Clas­sic stories

…an Amer­i­can taught the Ja­panese how to beat the Amer­i­cans

Car (South Africa) - - CONTENTS - BY: Jake Ven­ter

AT the end of WW2, the Ja­panese econ­omy was in tat­ters but, with the Amer­i­can ad­min­is­tra­tion’s Gen­eral Dou­glas Macarthur help­ing to re­vive it, the coun­try started find­ing its feet. One of Macarthur’s strate­gies was to per­suade one W Ed­wards Dem­ing (1900-‘93) to spend time in Ja­pan lec­tur­ing on qual­ity-con­trol tech­niques.

Dem­ing was an elec­tri­cal en­gi­neer with an in­ter­est in math­e­mat­i­cal physics and, while in Ja­pan, he was asked by the Ja­panese Union of Sci­en­tists and En­gi­neers (JUSE) to set up train­ing cour­ses on qual­ity con­trol. They knew they could not af­ford any of the raw-ma­te­rial wastage of post- pro­duc­tion in­spec­tion pro­cesses, and were look­ing for tech­niques to help them ad­dress these prob­lems. Dem­ing’s ap­proach was sim­ple: if you im­prove qual­ity in pro­duc­tion, ex­penses would be kept in check and pro­duc­tiv­ity and mar­ket share would grow.

From 1950 on, he trained more than 10 000 en­gi­neers, man­agers and teach­ers in his tech­niques. Still be­ing taught to­day, his man­age­ment meth­ods are sim­i­lar to the sci­en­tific method, which is based on mea­sur­able evidence that is sub­ject to spe­cific prin­ci­ples of rea­son­ing. De­signed to help peo­ple make bet­ter busi­ness de­ci­sions, the Dem­ing Plan-doS­tudy-act (PDSA) man­age­ment cy­cle fo­cuses on the con­tin­u­ous im­prove­ment of a man­age­ment process. If per­formed cor­rectly, costs drop as a re­sult of the im­prove­ment in qual­ity. He put so much em­pha­sis on a vig­or­ous pro­gramme of ed­u­ca­tion and self­im­prove­ment for all em­ploy­ees that the Dem­ing In­sti­tute, founded in the USA just be­fore Dem­ing died, is still ac­tive and of­fers a num­ber of train­ing cour­ses.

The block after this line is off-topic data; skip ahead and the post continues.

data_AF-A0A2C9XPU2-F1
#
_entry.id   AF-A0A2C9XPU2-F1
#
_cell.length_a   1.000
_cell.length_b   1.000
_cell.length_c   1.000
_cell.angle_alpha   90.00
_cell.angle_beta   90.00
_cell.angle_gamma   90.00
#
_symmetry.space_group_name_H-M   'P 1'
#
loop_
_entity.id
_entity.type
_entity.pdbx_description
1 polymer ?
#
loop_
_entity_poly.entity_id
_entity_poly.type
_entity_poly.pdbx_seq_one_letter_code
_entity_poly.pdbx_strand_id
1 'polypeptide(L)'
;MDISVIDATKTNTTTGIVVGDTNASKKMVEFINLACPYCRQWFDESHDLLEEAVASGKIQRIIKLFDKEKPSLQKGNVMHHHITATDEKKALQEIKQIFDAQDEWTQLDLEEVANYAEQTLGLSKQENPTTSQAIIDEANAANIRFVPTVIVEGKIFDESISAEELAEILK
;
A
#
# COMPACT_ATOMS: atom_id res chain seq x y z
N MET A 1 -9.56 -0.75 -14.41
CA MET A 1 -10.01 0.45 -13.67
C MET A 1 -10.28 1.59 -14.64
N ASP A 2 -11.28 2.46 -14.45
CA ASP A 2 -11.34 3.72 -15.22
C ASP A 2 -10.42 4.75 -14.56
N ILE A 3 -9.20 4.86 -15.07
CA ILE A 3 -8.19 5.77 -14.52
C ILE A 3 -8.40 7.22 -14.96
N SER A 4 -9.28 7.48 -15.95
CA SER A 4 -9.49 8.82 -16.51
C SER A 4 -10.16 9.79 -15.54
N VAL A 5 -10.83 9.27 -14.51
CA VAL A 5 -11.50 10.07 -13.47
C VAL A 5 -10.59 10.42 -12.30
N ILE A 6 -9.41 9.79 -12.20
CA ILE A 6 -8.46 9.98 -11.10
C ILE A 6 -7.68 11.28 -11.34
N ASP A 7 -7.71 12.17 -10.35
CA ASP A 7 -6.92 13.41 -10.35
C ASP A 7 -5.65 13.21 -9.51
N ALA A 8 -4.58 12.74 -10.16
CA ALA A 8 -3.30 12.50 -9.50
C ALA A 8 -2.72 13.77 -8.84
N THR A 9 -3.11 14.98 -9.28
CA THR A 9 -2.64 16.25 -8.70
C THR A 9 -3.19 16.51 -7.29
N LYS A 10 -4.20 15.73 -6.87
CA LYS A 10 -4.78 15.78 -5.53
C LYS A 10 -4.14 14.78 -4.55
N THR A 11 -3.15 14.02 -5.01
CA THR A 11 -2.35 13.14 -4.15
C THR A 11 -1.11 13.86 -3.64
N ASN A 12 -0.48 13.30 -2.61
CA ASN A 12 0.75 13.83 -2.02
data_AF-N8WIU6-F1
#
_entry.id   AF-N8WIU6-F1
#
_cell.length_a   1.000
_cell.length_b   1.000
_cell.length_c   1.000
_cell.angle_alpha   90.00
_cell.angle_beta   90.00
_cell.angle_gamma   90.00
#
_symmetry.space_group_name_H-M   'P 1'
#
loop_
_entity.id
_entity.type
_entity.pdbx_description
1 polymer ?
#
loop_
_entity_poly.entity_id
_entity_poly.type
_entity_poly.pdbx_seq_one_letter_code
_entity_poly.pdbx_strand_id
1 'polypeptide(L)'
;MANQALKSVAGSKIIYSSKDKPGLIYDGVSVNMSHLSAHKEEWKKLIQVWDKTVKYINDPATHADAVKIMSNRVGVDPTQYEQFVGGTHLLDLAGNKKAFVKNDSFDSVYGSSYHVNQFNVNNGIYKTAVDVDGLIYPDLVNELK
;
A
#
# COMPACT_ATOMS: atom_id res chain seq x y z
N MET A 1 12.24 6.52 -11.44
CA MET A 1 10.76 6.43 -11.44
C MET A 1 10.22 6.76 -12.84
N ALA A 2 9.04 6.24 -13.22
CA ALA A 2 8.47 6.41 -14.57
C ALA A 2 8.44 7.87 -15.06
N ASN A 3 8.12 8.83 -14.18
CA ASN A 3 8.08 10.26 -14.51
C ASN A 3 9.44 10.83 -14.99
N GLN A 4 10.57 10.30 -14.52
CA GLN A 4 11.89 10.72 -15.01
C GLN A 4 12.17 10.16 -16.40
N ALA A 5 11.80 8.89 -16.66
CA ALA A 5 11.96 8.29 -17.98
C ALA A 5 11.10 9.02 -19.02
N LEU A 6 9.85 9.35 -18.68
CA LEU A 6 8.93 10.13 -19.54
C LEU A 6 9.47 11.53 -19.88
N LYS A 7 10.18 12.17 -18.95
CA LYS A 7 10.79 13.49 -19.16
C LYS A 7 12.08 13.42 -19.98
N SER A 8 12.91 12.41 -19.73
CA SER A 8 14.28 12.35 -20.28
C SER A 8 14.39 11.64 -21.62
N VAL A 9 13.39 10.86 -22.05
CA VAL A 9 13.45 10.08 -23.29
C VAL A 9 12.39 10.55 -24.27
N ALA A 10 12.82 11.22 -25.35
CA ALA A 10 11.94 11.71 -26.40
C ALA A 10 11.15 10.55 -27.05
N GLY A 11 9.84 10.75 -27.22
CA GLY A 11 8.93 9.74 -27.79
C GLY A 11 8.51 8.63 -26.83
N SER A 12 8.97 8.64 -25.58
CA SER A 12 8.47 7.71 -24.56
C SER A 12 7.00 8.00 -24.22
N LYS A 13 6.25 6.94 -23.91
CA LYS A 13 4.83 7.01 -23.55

Many Ja­panese com­pa­nies adopted his tech­niques long be­fore the rest of the world and ex­pe­ri­enced lev­els of qual­ity and pro­duc­tiv­ity that played a ma­jor role in what has been called the mir­a­cle of the Ja­panese post-war re­cov­ery. Dem­ing is revered in Ja­pan and in­dus­tri­al­ists re­gard him as hav­ing had more im­pact on Ja­panese man­u­fac­tur­ing and busi­ness than any other for­eigner.

Per­haps aware of the dev­as­tat­ing im­pact the bur­geon­ing Ja­panese au­to­mo­tive in­dus­try had on its Amer­i­can coun­ter­part, Dem­ing turned down many awards of­fered by Ja­panese com­pa­nies. His name, how­ever, is re­mem­bered in the an­nual Dem­ing Prize that re­wards busi­nesses world­wide for ex­cel­lence in ap­ply­ing the prin­ci­ples of to­tal qual­ity man­age­ment.

Only in the 1970s did Amer­ica be­come aware of his achieve­ments and, in 1987, Pres­i­dent Rea­gan awarded him the Na­tional Medal of Tech­nol­ogy.

W Ed­wards Dem­ing is seated at the cen­tre of this im­age.

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